The Impact of Online Classes

The+Impact+of+Online+Classes

Starting in March 2020, thousands of American schools transitioned to online school due to the COVID-19 pandemic.  Eight months later, the majority of students continue to learn online; but the negative aspects of closed schools can easily outweigh the positive.

Students’ schedules have been flipped upside down since March, with school, sports, and activities being canceled.   While COVID-19 is dangerous for older people and people with underlying health conditions, it is generally not detrimental to students and the majority of teachers. 

In reality,  the impact of school closure is considerably more harmful than the actual disease.  Students are negatively affected academically, emotionally and socially.  

Education is greatly limited due to the closure of schools.  Zoom classes are a poor substitute for education compared to in-person, interactive classes.  Students struggle to focus with online classes.  The amount of screen time that children and high-schoolers now spend online is unfathomable and unhealthy.  Many students in Zoom classes have reported that teachers simply review homework. 

Students rarely benefit from this type of learning.  Simple interactions, such as a funny comment made by a student or a chat in the hallway are the things that really add to the enjoyment of school.  All of those things are all gone.  

The social aspect is also greatly lacking.  Children and high-schoolers thrive from their social interactions.  These connections are crucial for mental health. 

For most students, school, sports, and extracurricular activities are the main ways they connect with each other.  Human connection is crucial to proper development.  With the closure of schools, students have been deprived of natural, healthy social interaction.   It is unfair and damaging to students.  Simple things such as homecoming events and sports games are what build community and relationships.  Students have been unfairly deprived of these opportunities.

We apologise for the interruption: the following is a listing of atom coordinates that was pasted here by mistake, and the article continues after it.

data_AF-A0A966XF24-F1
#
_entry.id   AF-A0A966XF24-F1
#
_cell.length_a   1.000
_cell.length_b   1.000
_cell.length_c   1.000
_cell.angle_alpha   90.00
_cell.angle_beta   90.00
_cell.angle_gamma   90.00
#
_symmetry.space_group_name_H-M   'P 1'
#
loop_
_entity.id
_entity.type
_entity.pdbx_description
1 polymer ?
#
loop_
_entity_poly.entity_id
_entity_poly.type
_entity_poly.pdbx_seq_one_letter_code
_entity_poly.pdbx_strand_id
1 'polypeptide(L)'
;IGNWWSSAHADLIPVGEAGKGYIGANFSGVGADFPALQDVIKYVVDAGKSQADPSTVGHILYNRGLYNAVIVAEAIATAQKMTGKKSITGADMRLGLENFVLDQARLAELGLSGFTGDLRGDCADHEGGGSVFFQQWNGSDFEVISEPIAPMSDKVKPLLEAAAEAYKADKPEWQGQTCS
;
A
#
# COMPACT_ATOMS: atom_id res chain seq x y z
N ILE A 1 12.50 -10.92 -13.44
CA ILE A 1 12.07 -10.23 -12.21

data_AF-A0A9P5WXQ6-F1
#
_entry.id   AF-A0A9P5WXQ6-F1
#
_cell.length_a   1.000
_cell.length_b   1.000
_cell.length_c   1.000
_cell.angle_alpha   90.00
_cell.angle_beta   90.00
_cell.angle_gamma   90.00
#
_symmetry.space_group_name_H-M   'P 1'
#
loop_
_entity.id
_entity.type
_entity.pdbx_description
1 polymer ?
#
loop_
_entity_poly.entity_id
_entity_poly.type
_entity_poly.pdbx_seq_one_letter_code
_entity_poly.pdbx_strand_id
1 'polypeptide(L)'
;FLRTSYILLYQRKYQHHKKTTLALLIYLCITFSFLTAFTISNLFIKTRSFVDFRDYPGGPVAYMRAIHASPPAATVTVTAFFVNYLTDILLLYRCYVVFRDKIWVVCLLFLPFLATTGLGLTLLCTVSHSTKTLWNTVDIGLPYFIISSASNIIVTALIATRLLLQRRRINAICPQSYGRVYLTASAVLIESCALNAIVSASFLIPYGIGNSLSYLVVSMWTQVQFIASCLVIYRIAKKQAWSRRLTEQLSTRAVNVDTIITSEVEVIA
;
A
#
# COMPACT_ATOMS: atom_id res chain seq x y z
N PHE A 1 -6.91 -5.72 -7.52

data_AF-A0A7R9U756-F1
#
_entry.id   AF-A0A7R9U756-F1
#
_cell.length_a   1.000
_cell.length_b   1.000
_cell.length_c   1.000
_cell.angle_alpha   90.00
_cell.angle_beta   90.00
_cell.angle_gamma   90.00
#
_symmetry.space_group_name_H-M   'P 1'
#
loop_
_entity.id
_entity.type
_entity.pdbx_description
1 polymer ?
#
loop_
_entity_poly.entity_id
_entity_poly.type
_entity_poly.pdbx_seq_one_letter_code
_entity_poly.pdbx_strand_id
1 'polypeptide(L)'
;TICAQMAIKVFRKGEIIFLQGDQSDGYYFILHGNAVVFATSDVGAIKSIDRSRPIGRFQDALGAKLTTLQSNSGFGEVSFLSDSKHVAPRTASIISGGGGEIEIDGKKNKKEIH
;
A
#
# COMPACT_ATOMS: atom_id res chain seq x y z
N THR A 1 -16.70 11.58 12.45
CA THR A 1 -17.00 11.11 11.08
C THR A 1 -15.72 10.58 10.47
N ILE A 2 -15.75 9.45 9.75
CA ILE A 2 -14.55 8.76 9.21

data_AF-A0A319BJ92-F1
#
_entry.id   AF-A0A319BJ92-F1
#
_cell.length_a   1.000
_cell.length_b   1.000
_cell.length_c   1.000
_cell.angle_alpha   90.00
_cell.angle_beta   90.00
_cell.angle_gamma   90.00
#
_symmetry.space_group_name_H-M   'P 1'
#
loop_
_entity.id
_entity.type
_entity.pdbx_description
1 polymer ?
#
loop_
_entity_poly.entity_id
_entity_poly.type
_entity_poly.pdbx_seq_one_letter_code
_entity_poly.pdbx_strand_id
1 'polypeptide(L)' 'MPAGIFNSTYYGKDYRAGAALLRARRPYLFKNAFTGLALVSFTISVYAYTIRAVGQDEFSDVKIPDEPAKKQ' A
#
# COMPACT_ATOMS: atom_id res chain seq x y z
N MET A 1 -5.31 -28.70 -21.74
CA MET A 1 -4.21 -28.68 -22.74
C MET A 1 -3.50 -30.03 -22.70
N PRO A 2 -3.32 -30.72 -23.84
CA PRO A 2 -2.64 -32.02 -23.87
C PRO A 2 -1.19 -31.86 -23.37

School closure has also had a very negative emotional impact on students.  Young people now have very limited structure and schedule to their days.  They are forced to spend the majority of each day on computers.   Many students text during class, cheat because it is easy to do so online, play video games in class, and generally zone out because it is so boring. 

In fact, between four hours of Zoom classes every day, three hours of homework, and time spent on other electronic devices, students are spending most of their day online.  This lack of structure, lack of social interaction, and an unrealistic fear of this disease for their age group, and a fear that there is no end in sight, has led to higher and higher rates of anxiety and depression.  This has sadly lead to an extremely high rate of suicide ideation and attempted or completed suicides.   

All of these negative effects are extremely problematic for students.  COVID-19 is a serious disease that should be dealt with carefully among the elderly and vulnerable.   However, the virus has an extremely high survival rate for children and young adults and there are much better ways to handle it other than closing down our schools.  

It is clear that when it comes to the educational, social and emotional well being of students, the closure of schools has had negative ramifications.  It is vitally important to find better ways to get students back in school while protecting the vulnerable.  The question now is how much more can these students take before the solution becomes worse than the disease.